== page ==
Research Article

Quantum thermalization through entanglement in an isolated many-body system

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Science  19 Aug 2016:
Vol. 353, Issue 6301, pp. 794-800
DOI: 10.1126/science.aaf6725
  • Fig. 1 Schematic of thermalization dynamics in closed systems.

    An isolated quantum system at zero temperature can be described by a single pure wavefunction Embedded Image. Subsystems of the full quantum state are pure, as long as the entanglement between subsystems (indicated by the gray lines between the particles) vanishes (upper panels). If suddenly perturbed, the full system evolves unitarily, developing considerable entanglement between all parts of the system (lower panels). The bar graphs show the probability of an observable before and after perturbation of the system. Although the full system remains in a pure and in this sense zero-entropy state, the entropy of entanglement causes the subsystems to equilibrate, and local thermal mixed states appear to emerge within a globally pure quantum state.

  • Fig. 2 Experimental sequence.

    (A) Using tailored optical potentials superimposed on an optical lattice, we deterministically prepared two copies of a six-site Bose-Hubbard system, where each lattice site is initialized with a single atom. We reduced the lattice depth along x (specified in units of the lattice recoil energy Er) to enable tunneling and obtained either the ground state (adiabatic melt) or a highly excited state (sudden quench) in each six-site copy. After a variable evolution time, we froze the evolution and characterized the final quantum state by either acquiring number statistics or the local and global purity. Even and odd refer to the atom number parity. (B) Site-resolved number statistics of the initial distribution (left panel, showing a strong peak at one atom with vanishing fluctuations) and the distribution at later times (middle panel), compared with the predictions of a canonical thermal ensemble (red bars) of the same average energy as the quenched quantum state [J/(2π) = 66 Hz; U/(2π) = 103 Hz]. Error bars are SEM. Measurements of the global many-body purity show that it is static and high (right panel). This is in contrast to the vanishing global purity of the canonical thermal ensemble, yet this same ensemble accurately describes the local number distribution that we observed. (C) To measure the atom number locally, we allowed the atoms to expand in half-tubes along the y direction while pinning the atoms along x. In separate experiments, we applied a many-body beam splitter by allowing the atoms in each column to tunnel in a projected double-well potential. The resulting atom number parity (even or odd) on each site encodes the global and local purity.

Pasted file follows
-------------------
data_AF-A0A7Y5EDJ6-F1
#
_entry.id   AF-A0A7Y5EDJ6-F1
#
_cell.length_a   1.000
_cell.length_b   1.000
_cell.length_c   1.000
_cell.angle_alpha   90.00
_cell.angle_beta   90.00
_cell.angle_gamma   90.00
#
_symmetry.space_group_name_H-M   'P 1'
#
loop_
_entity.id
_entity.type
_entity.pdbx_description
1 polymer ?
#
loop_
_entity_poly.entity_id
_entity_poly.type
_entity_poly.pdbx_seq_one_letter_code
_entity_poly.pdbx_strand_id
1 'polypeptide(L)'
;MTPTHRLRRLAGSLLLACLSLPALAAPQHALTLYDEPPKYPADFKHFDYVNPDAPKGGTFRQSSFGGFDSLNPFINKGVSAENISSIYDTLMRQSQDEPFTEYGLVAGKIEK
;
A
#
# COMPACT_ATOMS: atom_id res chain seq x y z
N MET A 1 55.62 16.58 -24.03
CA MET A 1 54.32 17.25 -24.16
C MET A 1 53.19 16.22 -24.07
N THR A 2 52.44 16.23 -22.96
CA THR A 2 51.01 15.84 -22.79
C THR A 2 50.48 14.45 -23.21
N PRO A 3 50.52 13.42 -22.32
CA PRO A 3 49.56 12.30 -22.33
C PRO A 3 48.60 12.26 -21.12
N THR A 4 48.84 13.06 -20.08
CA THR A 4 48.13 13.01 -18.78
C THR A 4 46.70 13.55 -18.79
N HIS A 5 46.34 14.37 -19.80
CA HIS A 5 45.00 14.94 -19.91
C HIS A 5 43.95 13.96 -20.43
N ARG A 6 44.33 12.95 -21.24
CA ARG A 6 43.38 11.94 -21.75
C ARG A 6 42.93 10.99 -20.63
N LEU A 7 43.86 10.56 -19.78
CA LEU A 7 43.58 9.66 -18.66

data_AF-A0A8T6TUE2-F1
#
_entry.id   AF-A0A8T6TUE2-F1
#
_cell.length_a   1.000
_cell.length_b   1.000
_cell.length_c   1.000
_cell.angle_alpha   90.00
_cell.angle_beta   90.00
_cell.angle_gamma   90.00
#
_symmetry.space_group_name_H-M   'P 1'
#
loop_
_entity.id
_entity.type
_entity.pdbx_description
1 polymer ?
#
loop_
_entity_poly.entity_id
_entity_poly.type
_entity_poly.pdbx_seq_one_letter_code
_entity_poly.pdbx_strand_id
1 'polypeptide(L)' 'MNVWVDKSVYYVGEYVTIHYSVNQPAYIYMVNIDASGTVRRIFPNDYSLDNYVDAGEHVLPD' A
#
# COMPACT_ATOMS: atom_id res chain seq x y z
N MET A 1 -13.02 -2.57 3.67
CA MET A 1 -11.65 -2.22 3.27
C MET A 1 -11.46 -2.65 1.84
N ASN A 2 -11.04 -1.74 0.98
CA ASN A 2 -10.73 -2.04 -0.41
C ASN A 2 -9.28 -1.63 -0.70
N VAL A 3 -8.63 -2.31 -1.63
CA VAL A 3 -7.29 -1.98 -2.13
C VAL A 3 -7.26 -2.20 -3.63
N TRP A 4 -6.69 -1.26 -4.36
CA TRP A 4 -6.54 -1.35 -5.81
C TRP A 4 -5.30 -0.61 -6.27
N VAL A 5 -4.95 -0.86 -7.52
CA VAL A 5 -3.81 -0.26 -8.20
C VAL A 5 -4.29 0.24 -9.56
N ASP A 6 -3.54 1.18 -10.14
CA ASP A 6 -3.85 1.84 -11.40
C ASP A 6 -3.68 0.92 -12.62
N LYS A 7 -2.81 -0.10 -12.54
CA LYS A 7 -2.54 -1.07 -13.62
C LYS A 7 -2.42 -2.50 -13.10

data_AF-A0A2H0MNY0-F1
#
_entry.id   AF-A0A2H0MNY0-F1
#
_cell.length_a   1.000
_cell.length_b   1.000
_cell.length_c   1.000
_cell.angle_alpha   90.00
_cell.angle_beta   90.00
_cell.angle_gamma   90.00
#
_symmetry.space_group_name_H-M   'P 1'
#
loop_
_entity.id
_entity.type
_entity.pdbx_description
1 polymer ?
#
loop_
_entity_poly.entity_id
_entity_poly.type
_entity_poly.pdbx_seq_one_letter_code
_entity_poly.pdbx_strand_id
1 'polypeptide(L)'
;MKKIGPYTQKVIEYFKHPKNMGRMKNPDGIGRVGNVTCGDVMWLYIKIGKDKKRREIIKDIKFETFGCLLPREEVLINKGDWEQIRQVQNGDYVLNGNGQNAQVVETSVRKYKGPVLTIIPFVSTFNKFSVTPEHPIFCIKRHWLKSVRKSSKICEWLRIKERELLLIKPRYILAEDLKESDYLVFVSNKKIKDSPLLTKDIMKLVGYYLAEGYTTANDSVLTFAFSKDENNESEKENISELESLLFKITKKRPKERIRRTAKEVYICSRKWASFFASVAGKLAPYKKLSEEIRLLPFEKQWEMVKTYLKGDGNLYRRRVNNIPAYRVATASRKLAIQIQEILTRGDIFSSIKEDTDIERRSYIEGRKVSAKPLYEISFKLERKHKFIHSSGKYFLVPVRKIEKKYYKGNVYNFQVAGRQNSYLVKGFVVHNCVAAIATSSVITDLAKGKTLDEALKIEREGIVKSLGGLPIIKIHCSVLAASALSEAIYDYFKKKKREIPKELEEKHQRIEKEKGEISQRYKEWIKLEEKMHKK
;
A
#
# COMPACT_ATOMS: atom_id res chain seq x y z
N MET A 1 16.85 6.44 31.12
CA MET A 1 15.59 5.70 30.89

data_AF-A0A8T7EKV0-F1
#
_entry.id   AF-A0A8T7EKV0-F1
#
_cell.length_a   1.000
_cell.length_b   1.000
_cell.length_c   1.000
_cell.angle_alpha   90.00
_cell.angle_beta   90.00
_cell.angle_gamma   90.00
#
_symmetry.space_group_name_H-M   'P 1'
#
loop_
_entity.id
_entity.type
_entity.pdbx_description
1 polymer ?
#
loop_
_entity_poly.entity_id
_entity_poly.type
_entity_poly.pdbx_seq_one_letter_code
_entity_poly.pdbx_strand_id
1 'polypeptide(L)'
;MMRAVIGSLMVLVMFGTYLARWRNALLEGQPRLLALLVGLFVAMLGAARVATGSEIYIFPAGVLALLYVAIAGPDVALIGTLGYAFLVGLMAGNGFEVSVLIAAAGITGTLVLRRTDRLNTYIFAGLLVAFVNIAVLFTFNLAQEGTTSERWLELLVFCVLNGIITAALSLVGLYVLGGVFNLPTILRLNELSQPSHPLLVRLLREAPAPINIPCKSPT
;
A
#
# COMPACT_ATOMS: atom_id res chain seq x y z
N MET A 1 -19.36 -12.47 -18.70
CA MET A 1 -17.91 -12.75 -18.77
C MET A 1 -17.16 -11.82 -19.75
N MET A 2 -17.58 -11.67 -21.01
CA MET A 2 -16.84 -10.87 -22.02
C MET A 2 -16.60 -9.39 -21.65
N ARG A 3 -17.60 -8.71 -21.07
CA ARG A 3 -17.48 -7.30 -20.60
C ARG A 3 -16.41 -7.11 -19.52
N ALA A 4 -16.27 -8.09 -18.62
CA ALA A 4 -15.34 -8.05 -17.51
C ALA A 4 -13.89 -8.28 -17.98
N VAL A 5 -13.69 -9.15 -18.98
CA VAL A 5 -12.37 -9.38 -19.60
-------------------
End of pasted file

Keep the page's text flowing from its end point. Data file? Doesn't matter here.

• Fig. 3 Dynamics of entanglement entropy.

    Starting from a low-entanglement ground state, a global quantum quench leads to the development of large-scale entanglement between all subsystems. We quenched a six-site system from the Mott insulating product state (J/U ≪ 1) with one atom per site to the weakly interacting regime of J/U = 0.64 [J/(2π) = 66 Hz] and measured the dynamics of the entanglement entropy. Shown are the dynamics for (A) one-, (B) two-, and (C) three-site subsystems and (D) the full system. As it equilibrates, a subsystem acquires local entropy, whereas the entropy of the full system remains constant and at a value given by measurement imperfections (D). The measured dynamics are consistent with exact numerical simulations (24) with no free parameters (solid lines). Error bars are SEM. For the largest entropies encountered in the three-site subsystem shown in (C), the large number of populated microstates leads to a significant statistical uncertainty in the entropy, which is reflected in the upper error bar extending to large entropies or being unbounded (24). The inset in (A) shows the slope of the early time dynamics, extracted from (A) to (C) with a piecewise linear fit (24). The dashed line is the mean of these measurements.

  • Fig. 4 Thermalized many-body systems.